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Wednesday, 11 November 2015

prison_practitioners_and_academics_learn_together.jpgOn Tuesday 10 November Ruth Armstrong and Amy Ludlow hosted a roundtable at the Faculty that was attended by approximately 50 prison practitioners and academics from universities across the UK. The aim of the event was to explore how universities and prisons might connect to reap the transformative potential of education through Learning Together; an initiative created by Ruth and Amy whereby students in prison and in university come together to learn with each other in the prison environment.

Learning Together builds upon the long British history of people in the criminal justice system and in universities coming together to learn. Its design and delivery is grounded in what we know from research about the individual, social and institutional self-realisations that can result from connecting with people from different walks of life through dialogical learning.

You can find out more about the day’s events by downloading our agenda and by reading Prison Watch UK’s live blog.  

On the same day, a lunchtime seminar was held as part of the Centre for Research in the Arts, Social Sciences and Humanities (CRASSH) 'Subversive Good' series entitled 'Free me: Education as the Practice of Freedom'. The speakers were Baz Dreisinger (Prison to College Pipeline, John Jay College of Criminal Justice, CUNY), Karen Graham (Educational Sociology) and Ingrid Obsuth (Criminology)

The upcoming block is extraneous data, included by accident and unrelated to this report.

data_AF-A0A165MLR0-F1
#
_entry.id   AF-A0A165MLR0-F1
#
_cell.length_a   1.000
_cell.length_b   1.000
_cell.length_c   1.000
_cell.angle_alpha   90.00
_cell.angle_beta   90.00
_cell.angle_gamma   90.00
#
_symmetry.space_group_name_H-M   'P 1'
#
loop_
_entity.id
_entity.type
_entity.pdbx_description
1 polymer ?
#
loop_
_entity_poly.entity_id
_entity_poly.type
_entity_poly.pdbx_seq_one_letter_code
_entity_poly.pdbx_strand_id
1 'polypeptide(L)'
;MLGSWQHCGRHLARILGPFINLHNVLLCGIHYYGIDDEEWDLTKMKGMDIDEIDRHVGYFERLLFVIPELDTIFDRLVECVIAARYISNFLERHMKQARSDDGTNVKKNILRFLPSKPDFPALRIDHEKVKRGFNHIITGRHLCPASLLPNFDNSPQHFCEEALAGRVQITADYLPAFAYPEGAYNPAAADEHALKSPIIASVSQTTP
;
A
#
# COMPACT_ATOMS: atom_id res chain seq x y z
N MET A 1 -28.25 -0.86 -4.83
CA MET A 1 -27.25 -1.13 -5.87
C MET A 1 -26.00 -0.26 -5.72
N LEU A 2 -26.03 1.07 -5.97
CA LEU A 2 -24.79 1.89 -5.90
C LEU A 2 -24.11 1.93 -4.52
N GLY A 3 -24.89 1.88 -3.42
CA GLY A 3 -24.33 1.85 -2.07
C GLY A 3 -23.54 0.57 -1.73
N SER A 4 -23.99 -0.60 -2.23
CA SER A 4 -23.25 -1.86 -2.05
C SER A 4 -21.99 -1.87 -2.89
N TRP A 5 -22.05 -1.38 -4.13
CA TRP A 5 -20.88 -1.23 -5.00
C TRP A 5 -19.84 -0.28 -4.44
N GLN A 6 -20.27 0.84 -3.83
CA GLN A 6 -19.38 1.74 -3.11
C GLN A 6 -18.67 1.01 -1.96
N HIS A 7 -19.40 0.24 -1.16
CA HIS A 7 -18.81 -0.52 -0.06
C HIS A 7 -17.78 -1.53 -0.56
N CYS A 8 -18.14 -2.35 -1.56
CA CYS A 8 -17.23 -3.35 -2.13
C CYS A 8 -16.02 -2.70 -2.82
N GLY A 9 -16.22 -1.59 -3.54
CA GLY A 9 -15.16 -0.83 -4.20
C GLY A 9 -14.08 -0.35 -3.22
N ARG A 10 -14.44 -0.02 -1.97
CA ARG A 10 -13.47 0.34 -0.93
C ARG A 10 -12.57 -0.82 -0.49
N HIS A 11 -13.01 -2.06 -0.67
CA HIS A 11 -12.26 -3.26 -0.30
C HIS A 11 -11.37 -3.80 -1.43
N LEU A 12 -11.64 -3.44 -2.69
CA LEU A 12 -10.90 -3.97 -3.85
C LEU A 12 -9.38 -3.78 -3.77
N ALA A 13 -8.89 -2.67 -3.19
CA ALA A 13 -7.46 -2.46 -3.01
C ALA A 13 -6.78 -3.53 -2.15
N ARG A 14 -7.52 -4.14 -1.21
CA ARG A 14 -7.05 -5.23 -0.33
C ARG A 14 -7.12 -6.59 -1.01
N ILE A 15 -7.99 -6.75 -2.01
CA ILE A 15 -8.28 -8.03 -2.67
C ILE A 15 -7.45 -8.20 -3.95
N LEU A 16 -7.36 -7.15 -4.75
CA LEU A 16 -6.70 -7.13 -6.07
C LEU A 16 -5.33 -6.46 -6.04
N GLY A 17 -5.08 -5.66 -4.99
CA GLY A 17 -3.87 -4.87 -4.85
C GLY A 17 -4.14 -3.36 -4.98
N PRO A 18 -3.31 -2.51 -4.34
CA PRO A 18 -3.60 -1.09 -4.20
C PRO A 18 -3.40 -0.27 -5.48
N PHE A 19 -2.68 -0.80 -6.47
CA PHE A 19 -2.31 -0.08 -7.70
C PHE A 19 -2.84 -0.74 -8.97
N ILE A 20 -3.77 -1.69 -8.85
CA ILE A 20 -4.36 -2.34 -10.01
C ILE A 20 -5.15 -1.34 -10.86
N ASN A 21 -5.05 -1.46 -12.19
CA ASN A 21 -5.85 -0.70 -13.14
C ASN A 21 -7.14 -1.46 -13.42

Summary: How are security discourses shaping schools as spaces of learning and education as the ‘practice of freedom’? What are the impacts of securitisation upon social justice and inclusion? What if our prisons became hotbeds of learning and connection? Our dialogue will be led by Baz Dreisinger (founder and Academic Director of John Jay’s groundbreaking Prison-to-College Pipeline programme in New York), Ingrid Obsuth, (an expert in the socio-emotional, cognitive and biological aspects of the development and progression of delinquent and aggressive behaviour in young people) and Karen Graham (whose research focusses on the correspondence between experiences in school and in prison).

(other formats and quality levels are available via the University Streaming Media site: audio / video).

Ruth and Amy are developing a network of Learning Together partnerships and are keen to hear from anyone who might be interested in this work. Please get in touch via Or follow us on twitter @JustisTogether.